If lameness disappeared immediately, it might not have had anything to do with bute. A little bit of bute one day doesn't do much, it takes a while to provide any effect. Bute doesn't have any real effect on a big arthritis, especially if it's already advanced some.

    So my guess is, 'I dunno'. I would watch out for any more lameness. If there was no more lameness for a few weeks, I'd start cantering the horse every ride, so she can build up her muscles and stretch them.

    I think cantering is a good part of a training program, it's good for stretching and building muscles.
     
    Last edited: Oct 10, 2010
  5. michickenwrangler

    michickenwrangler To Finish Is To Win

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    Have you done the obvious things like teeth floating and saddle fit? Sometimes a pain issue will happen at one gait but not another. Poor saddle fit may also lead to mysterious lameness.

    Have you tried lunging her before you ride?

    If she bucks when you are riding her, hold one hand up high, the other down low. You will effectively be creating a "triangle" between your hands, the reins and her mouth and it will be harder for her to get her head down. My mare bucks occasionally at a canter, usually out in the open due to high spirits.
     
  6. bkreugar

    bkreugar Chillin' With My Peeps

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    Welsummer it was definitly the trot that I saw her lame and I saw it as everytime that left front struck she bobbed and seemed to lurch, but I have a good eye and i fully acknowledge that you can FEEL more than you see, so maybe trainer is right it is right rear.

    When I bought this mare dd's trainer was kind of agast as she was such gamble as I only walk/trotted her in a HUGE HUGE field. But Trainers is dd's not mine. I did lunge her before I bought her and she did canter. But her trot was more of a jog, I had to work her up to lengthening and increasing to a trot.

    When DD went to summer camp LAST year I brought my mare to use her ring. DD's trainer said when I tried to canter then that mare probably had issues with her stiffles. Last year she was HIGHLY resistant to canter under saddle. Like would trot forever and not even take a stride to the canter. Trainer said you may never get her to canter. I heard but did not accept.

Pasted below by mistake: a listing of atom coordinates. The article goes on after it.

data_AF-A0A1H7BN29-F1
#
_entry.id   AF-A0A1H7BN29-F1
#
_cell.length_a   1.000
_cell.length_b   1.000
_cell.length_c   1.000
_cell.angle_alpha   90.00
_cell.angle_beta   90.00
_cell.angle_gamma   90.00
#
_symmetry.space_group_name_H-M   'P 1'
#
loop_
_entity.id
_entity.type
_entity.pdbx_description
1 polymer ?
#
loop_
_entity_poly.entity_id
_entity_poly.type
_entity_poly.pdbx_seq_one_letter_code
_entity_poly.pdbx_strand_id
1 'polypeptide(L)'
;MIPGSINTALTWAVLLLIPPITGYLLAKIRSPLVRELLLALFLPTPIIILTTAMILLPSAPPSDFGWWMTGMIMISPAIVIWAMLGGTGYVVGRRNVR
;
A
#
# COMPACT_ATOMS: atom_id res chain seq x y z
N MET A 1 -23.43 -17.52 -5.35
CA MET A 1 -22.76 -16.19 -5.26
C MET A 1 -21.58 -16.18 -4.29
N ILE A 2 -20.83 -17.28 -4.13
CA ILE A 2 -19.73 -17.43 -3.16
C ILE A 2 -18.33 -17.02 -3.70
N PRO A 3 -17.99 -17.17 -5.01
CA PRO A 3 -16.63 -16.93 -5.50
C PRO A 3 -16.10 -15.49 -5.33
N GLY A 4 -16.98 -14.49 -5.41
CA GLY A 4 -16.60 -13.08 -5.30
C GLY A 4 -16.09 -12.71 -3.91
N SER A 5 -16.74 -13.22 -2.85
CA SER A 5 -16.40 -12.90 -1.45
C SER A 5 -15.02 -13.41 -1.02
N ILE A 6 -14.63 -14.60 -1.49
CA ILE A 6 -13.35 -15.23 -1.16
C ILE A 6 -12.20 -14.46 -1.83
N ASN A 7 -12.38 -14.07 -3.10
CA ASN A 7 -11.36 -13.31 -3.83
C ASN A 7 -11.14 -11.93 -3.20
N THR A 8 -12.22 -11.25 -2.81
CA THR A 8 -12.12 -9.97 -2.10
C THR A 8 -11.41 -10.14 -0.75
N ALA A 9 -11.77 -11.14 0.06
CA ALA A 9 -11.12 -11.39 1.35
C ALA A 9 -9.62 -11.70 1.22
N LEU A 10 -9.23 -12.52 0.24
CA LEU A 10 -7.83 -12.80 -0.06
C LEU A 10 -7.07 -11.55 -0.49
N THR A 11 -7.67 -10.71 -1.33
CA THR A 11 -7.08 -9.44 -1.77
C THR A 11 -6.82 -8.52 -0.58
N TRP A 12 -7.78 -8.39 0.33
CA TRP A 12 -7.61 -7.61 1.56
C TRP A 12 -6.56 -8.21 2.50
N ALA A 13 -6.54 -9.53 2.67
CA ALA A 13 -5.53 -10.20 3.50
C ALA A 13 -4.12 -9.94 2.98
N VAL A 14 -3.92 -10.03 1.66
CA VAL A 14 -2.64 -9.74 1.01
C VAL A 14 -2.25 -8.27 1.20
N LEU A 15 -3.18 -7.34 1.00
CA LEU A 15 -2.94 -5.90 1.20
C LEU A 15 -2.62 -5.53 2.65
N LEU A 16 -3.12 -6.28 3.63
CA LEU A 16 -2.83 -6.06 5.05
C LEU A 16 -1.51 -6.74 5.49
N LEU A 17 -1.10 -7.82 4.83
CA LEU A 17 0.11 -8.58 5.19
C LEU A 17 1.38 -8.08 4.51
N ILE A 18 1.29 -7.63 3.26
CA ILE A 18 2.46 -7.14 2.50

This year mare is soo much better at everything that even the canter is better. She will buck and canter or half the time not buck and just canter. Last year she would never do that. I just felt that slow and steady she would get better. Now I am not sure.

    Wellsummer I gather that you would say, if not lame at trot, canter her every ride and she just needs to get over it. A dressage friend has told me that but I am disinclined to agree with her because she has lost her last 3 dressage horses to lameness, mostly from over work/use, and she is fully of the oppinion, work them till you can't. Mare has so far improved so I just figured time and work would do it.

    I would LOVE to canter, and had set a goal of doing the canter classes this year. I can't enter the classes if she bucks and quits. Now I have tried to just apply leg and smooth it out but that works half the time. The other half she just quits, and then I am back to canter transition and a probable buck. We have cantered about a dozen times when she willingly just went into for me. Mostly on trail when she was feeling good.